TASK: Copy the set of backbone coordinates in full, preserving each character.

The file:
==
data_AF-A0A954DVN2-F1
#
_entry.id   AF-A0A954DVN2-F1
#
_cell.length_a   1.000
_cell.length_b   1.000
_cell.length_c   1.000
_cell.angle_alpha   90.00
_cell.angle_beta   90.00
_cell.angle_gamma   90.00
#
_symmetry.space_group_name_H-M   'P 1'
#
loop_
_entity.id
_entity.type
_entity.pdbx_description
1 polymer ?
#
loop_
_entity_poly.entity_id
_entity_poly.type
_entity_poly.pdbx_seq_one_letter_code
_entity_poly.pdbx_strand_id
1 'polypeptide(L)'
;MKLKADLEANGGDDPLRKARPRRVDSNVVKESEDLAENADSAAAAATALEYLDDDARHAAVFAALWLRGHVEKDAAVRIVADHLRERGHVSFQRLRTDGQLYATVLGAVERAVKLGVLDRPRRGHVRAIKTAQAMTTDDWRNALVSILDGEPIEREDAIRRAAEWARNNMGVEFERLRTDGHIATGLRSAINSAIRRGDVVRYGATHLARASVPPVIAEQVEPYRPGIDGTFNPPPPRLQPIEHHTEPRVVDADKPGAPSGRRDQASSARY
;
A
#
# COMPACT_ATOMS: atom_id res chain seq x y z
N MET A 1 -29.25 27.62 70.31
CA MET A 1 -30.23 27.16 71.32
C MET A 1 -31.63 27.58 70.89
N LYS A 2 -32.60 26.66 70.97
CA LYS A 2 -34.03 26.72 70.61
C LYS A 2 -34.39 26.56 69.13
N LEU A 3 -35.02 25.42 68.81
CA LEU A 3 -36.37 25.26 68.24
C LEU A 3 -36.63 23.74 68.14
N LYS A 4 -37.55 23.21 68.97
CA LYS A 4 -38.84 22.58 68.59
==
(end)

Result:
data_AF-A0A954DVN2-F1
#
_entry.id   AF-A0A954DVN2-F1
#
_cell.length_a   1.000
_cell.length_b   1.000
_cell.length_c   1.000
_cell.angle_alpha   90.00
_cell.angle_beta   90.00
_cell.angle_gamma   90.00
#
_symmetry.space_group_name_H-M   'P 1'
#
loop_
_entity.id
_entity.type
_entity.pdbx_description
1 polymer ?
#
loop_
_entity_poly.entity_id
_entity_poly.type
_entity_poly.pdbx_seq_one_letter_code
_entity_poly.pdbx_strand_id
1 'polypeptide(L)'
;MKLKADLEANGGDDPLRKARPRRVDSNVVKESEDLAENADSAAAAATALEYLDDDARHAAVFAALWLRGHVEKDAAVRIVADHLRERGHVSFQRLRTDGQLYATVLGAVERAVKLGVLDRPRRGHVRAIKTAQAMTTDDWRNALVSILDGEPIEREDAIRRAAEWARNNMGVEFERLRTDGHIATGLRSAINSAIRRGDVVRYGATHLARASVPPVIAEQVEPYRPGIDGTFNPPPPRLQPIEHHTEPRVVDADKPGAPSGRRDQASSARY
;
A
#
# COMPACT_ATOMS: atom_id res chain seq x y z
N MET A 1 -29.25 27.62 70.31
CA MET A 1 -30.23 27.16 71.32
C MET A 1 -31.63 27.58 70.89
N LYS A 2 -32.60 26.66 70.97
CA LYS A 2 -34.03 26.72 70.61
C LYS A 2 -34.39 26.56 69.13
N LEU A 3 -35.02 25.42 68.81
CA LEU A 3 -36.37 25.26 68.24
C LEU A 3 -36.63 23.74 68.14
N LYS A 4 -37.55 23.21 68.97
CA LYS A 4 -38.84 22.58 68.59